Tuesday, November 22, 2011

Unplanned by Abby Johnson

            This book was thrust upon me by a friend of my mom’s (yeah, strange…). And I want to thank this friend of my mom’s right now. Because I would probably have never read this book if it hadn’t been for her. Why?
1) I had never heard of it…ever.
2) I don’t usually read biographies. Ever. I’m a fiction girl at heart.
3) Well…I don’t have a third reason. But maybe if I had heard of it and liked biographies, I still might not have read it, because abortion isn’t something I love to go reading about. It’s sick and perverted.
But man oh man. This book was GREAT. AMAZING. FANTASTIC. I flew through it (well, I had no choice…I had to fly through it. It was due the next day and it was checked out on my mom’s friend’s card. Yeah, bummer. But I called her and she most graciously allowed me to keep it for a couple more days if I paid the fine (something I don’t suggest you do often, kids). But I digress.
Abby Johnson never knew where her journey with Planned Parenthood would lead her, but she certainly wasn’t expecting it to turn into an eight year career. But that’s what it did. One day she was just a naïve Texas college girl, and the next thing she knew she was director of one of the fastest growing abortion clinics in the country. And she loved it. Until one day.
That one day changed Abby’s life and countless others. It was the day that she actually participated in an abortion herself. She saw the baby in the womb, and she saw it die. And she’ll never forget it. That was the day she switched sides. She crossed the fence.
I’m so psyched about this book that I want to tell you every little detail of it! But that wouldn’t be much of a book review, would it? It would be a…a book spoiler. J I loved the way Abby wrote this book. She didn’t condemn. She didn’t favor one side to another. She had her views, then they changed. But she didn’t shun pro-lifers or pro-choicers. One thing she did do was give us a peek at both sides and what it’s really like on the other side of the fence (by the “fence” I mean the iron barrier that encircles every clinic). She showed us that clinic workers want to help women just like pro-lifers do. They are filled with compassion and love just like we are for these desperate women. They aren’t blood thirsty murders- most clinic works don’t even like the idea of abortion- they abhor it, just like we do. She showed us that most every woman that walks into the door of a clinic is scared, confused, and anxious. They’re in need of a lot of love.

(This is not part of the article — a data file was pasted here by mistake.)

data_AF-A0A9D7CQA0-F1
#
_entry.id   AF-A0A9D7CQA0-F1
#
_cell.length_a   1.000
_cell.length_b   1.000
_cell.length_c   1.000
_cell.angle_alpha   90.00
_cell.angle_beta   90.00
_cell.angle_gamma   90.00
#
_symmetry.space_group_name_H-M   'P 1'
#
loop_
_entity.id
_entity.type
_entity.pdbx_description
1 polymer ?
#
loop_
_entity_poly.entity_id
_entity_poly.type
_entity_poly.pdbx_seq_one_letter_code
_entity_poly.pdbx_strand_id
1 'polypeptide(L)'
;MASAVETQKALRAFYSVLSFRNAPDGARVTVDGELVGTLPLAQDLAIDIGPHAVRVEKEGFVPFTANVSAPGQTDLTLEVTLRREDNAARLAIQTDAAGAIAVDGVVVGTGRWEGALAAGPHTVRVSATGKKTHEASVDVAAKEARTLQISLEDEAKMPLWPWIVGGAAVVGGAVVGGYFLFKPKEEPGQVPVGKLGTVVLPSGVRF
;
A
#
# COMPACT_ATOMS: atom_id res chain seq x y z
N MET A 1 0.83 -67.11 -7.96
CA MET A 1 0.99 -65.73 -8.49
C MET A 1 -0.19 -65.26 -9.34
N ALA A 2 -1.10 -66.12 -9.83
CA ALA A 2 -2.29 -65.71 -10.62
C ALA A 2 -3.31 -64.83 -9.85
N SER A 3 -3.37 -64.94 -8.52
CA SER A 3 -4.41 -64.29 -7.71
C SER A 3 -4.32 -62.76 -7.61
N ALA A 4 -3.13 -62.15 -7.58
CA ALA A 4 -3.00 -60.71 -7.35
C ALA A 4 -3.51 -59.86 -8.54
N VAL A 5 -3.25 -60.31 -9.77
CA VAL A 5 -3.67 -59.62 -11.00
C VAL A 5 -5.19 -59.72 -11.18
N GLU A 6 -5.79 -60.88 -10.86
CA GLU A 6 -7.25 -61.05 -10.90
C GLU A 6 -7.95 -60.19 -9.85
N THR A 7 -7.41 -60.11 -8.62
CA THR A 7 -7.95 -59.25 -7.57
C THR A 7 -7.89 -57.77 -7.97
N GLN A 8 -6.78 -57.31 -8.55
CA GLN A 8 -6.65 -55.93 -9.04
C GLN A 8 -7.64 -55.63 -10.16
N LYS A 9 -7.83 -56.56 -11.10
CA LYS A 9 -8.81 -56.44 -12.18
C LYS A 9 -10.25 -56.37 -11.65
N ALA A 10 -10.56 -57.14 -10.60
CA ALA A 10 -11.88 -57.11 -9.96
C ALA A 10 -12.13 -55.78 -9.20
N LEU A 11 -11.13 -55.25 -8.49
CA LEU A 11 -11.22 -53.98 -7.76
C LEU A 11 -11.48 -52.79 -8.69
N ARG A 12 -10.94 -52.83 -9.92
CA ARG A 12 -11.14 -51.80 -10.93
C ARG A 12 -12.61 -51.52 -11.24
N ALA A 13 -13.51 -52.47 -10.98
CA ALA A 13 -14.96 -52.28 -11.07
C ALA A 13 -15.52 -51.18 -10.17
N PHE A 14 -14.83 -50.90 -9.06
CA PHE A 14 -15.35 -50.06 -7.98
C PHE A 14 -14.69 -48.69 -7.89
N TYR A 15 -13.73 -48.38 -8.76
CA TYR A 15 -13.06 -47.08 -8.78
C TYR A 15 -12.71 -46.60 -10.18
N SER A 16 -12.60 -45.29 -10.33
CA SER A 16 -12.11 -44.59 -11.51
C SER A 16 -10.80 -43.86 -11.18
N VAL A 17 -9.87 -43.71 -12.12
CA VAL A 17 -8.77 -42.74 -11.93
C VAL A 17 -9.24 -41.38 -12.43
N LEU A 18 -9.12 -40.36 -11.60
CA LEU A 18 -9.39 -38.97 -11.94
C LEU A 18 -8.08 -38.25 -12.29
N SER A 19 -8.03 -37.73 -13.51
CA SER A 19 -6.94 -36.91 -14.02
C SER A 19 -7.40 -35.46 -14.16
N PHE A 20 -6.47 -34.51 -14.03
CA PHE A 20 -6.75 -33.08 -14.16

I also loved how Abby used the fence as a symbol of the tension between the two “warring sides.” She made us think of it as a battle ground, as a wall that marked the end of one side and the beginning of the other. It separated the two groups, the abortionists (I don’t like calling them that, but I have to for lack of a better word…bear with me) and the pro-lifers. It was meant to keep people out, but instead of serving its purpose, it kept people in (such as the clinic workers who loved serving women in this way but didn’t like the idea of having a hand in abortions).  
One other thing that touched my heart was the dedication and sincere love that the Coalition for Life volunteers showed by praying at the fence. It must be such a scene to see something so genuine. Sincere love for people you don’t even know is very rare these days, but these people literally radiate love from their smiles, their kind words, and their fervent prayers for these despairing women.   
In conclusion, I loved Abby’s book and grew to love her and all the Coalition for Life people that she featured in her story. This is not a light read in the least, but it is a story of hidden guilt, buried sorrows, redemption, forgiveness, love and compassion. It will make you look at abortionist, pro-choicers, pro-lifers, and abortion in general in a whole different light. It will make you want to reach out to those on the other side of the fence. It will touch your heart. I guarantee it.  J

Note: The first chapter of this book features a real abortion. It goes into detail of the abortion and how it was done. It’s not something that’s pleasant to read, and it bothered me emotionally. I don’t suggest just anyone to read this- only the most mature teens and adults. I don’t want this to make you shy away from the book, though. Sometimes it’s a good thing to be bothered by things like this, but this is just a warning for the squeamish.

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